3. Set Expires to your selection.
    4. Click Add.
    5. Copy the client secret and save it to a file.
  14. Go back to the Bot Channel Registration window and copy the App ID and the Client secret in the Microsoft App ID and Password boxes, respectively.

  15. Click OK.

  16. Finally, click Create.

After Azure has created the registration resource it will be included in the resource group list.

bot app channels registration group

Note

The Bot Channels Registration resource will show the Global region even if you selected West US. This is expected.

For more information, see Create a bot for Teams.

Create the identity provider

You need an identity provider that can be used for authentication. In this procedure you'll use an Azure AD provider; other Azure AD supported identity providers can also be used.

  1. In the Azure portal, on the left navigation panel, select Azure Active Directory.

    Tip

    You'll need to create and register this Azure AD resource in a tenant in which you can consent to delegate permissions requested by an application. For instruction on creating a tenant, see Access the portal and create a tenant.

  2. In the left panel, select App registrations.

  3. In the right panel, select the New registration tab, in the upper left.

  4. You'll be asked to provide the following information:

    1. Name. Enter the name for the application. An example could be BotTeamsIdentity. Remember that the name must be unique.
    2. Select the Supported account types for your application. Select Accounts in any organizational directory (Any Azure AD directory - Multitenant) and personal Microsoft accounts (e.g. Skype, Xbox).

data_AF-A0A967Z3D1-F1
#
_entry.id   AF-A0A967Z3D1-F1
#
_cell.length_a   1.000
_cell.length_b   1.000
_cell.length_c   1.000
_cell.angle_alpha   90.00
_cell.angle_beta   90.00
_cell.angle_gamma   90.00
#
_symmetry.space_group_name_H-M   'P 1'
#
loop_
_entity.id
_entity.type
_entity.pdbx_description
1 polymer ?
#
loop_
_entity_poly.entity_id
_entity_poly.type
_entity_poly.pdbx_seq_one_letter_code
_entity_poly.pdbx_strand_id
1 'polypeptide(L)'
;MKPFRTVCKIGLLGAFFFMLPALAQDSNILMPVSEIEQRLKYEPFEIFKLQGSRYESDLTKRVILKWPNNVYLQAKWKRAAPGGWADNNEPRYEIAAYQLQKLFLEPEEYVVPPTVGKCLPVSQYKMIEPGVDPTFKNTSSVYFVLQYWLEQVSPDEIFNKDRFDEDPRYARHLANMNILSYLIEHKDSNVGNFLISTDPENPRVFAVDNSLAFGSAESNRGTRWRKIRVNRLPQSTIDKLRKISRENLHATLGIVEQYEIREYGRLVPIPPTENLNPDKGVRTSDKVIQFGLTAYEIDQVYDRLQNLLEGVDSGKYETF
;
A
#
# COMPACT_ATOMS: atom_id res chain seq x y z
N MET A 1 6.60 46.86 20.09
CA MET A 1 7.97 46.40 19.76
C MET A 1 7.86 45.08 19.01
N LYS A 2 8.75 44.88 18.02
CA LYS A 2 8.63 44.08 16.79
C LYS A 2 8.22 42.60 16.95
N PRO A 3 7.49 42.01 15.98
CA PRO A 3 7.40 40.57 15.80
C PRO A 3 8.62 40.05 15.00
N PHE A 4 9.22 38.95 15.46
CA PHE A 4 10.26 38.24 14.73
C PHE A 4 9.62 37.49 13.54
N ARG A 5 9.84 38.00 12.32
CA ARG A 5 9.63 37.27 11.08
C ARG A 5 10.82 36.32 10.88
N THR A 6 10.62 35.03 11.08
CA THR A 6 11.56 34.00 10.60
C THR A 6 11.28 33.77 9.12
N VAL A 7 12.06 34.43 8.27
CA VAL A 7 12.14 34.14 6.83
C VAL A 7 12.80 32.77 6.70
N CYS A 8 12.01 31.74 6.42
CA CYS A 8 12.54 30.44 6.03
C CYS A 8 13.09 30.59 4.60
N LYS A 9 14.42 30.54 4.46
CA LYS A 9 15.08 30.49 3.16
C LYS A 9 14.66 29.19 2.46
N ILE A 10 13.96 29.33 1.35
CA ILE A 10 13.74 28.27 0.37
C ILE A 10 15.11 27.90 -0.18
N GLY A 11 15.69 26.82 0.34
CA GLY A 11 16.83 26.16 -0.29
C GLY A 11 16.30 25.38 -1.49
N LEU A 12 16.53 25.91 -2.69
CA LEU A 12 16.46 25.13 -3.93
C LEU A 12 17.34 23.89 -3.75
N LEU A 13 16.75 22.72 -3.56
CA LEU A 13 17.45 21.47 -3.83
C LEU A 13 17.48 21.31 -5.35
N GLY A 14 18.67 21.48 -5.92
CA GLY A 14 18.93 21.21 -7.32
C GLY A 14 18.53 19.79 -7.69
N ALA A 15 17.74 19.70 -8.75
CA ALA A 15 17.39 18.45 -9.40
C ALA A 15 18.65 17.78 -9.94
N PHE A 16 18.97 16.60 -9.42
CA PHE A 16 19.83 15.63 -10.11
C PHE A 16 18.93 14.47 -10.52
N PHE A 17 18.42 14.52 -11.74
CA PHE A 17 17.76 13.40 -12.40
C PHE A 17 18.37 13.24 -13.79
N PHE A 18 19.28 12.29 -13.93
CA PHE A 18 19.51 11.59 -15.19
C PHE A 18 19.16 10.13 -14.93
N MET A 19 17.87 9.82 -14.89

3. For the Redirect URI:
      βœ“Select Web.
      βœ“ Set the URL to https://token.botframework.com/.auth/web/redirect.
    4. Select Register.
  5. Once it is created, Azure displays the Overview page for the app. Copy and save the following information to a file:

    1. The Application (client) ID value. You'll use this value later as the Client ID when you register this Azure identity application with your bot.
    2. The Directory (tenant) ID value. You'll also use this value later as the Tenant ID to register this Azure identity application with your bot.
  6. In the left panel, select Certificates & secrets to create a client secret for your application.

    1. Under Client secrets, select βž• New client secret.
    2. Add a description to identify this secret from others you might need to create for this app, such as Bot identity app in Teams.
    3. Set Expires to your selection.
    4. Select Add.
    5. Before leaving this page, record the secret. You'll use this value later as the Client secret when you register your Azure AD application with your bot.

Configure the identity provider connection and register it with the bot

  1. In the Azure portal, select your resource group from the dashboard.